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Folders: ROOT > ScienceBase Catalog > National and Regional Climate Adaptation Science Centers > Northeast CASC ( Show direct descendants )

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Aim Spatiotemporal variation in resource availability is a strong driver of animal distributions. In the northern hardwood and boreal forests of the northeastern United States, tree mast events provide resource pulses that drive the population dynamics of small mammals, including the American red squirrel (Tamiasciurus hudsonicus), a primary songbird nest predator. This study sought to determine whether mast availability ameliorates their abiotic limits, enabling red squirrel elevational distributions to temporarily expand and negatively impact high-elevation songbirds. Location Northeastern United States. Methods We used two independent datasets to evaluate our hypotheses. First, we fit a dynamic occupancy model...
Categories: Publication; Types: Citation
The sensitivity of forecast-informed reservoir operating policies to forecast attributes (lead-time and skill) in many-objective water systems has been well-established. However, the viability of forecast-informed operations as a climate change adaptation strategy remains underexplored, especially in many-objective systems with complex trade-offs across interests. Little is known about the relationships between forecast attribute and policy robustness under deep uncertainty in future conditions and the relationships between forecast-informed performance and future hydrologic state. This study explores the sensitivity of forecast-informed policy robustness to forecast lead-time and skill in the outflow management...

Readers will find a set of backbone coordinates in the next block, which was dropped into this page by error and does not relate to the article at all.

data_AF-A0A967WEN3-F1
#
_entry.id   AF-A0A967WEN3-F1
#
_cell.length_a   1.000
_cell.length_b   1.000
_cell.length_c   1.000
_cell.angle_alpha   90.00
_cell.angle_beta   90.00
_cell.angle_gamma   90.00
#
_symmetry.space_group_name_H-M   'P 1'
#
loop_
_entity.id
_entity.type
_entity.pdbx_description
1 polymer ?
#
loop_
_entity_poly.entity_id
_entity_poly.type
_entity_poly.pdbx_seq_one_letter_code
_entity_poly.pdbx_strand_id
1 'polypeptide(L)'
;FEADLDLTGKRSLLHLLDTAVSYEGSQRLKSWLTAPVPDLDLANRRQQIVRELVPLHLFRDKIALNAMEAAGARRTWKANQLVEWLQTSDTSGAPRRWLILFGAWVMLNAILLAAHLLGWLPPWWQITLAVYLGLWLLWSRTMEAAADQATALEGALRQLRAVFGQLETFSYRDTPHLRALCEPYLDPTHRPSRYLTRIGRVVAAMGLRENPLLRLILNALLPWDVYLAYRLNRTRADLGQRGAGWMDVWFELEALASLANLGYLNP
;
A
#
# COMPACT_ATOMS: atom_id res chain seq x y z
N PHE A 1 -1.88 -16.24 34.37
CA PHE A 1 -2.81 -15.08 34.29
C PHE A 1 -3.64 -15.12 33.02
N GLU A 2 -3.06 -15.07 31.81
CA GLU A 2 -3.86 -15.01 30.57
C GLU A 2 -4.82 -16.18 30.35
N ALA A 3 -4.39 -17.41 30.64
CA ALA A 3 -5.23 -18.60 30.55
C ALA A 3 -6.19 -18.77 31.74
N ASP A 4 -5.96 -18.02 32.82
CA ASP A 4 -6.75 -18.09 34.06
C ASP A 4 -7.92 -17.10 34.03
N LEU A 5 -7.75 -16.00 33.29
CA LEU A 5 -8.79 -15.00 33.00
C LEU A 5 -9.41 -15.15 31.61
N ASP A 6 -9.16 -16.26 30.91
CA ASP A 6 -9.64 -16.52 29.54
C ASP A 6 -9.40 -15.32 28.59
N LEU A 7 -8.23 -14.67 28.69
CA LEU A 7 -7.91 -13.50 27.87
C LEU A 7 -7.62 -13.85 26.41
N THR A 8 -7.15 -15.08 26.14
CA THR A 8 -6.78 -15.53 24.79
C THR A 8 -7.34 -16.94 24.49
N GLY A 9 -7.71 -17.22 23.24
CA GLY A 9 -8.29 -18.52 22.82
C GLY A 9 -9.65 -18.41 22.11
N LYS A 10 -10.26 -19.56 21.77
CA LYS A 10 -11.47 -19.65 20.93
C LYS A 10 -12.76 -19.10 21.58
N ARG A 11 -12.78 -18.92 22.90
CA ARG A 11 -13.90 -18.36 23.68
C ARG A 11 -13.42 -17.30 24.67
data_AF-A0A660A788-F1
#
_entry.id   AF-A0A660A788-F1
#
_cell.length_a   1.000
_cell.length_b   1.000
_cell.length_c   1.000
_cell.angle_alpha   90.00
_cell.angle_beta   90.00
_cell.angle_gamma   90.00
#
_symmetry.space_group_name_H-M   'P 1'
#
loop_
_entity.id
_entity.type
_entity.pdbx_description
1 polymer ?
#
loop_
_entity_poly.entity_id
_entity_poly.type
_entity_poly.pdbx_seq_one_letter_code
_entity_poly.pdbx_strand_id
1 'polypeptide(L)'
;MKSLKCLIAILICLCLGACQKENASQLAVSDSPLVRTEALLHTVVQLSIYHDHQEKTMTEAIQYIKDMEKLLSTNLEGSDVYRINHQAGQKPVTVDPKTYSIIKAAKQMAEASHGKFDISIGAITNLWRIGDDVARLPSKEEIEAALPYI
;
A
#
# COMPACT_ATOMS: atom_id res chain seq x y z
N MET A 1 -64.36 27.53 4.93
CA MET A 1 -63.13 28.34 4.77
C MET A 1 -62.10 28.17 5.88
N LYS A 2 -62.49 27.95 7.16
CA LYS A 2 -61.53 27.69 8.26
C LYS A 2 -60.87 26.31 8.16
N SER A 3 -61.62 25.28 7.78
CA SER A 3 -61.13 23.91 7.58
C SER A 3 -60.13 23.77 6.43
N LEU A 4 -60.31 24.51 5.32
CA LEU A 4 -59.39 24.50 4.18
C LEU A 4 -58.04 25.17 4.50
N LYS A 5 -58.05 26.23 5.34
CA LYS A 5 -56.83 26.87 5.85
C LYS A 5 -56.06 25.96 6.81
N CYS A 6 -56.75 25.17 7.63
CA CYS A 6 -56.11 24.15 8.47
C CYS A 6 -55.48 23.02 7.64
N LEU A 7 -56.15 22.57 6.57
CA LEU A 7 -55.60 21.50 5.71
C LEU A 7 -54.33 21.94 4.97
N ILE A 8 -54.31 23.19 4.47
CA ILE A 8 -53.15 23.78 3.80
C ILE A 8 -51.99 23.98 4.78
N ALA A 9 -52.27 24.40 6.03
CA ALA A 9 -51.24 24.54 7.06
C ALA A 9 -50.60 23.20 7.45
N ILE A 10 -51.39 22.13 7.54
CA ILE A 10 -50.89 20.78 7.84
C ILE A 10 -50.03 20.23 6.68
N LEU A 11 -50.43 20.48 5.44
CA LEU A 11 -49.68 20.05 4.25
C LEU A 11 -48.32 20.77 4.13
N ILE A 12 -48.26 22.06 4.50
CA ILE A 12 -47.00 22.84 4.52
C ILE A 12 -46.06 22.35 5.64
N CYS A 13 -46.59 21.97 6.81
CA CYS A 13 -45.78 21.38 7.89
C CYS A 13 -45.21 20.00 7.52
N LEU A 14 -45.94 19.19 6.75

Categories: Publication; Types: Citation
Cold-water species in temperate lakes face two simultaneous climate-driven ecosystem changes: warming and browning of their waters. Browning refers to reduced transparency arising from increased dissolved organic carbon (DOC), which absorbs solar energy near the surface. It is unclear whether the net effect is mitigation or amplification of climate warming impacts on suitable oxythermal habitat (<20 °C, >5 mgO/L) for cold-loving species because browning expands the vertical distribution of both cool water and oxygen depletion. We analyzed long-term trends and high-frequency sensor data from browning lakes in New York’s Adirondack region to assess the contemporary status of summertime habitat for lacustrine brook...
Categories: Publication; Types: Citation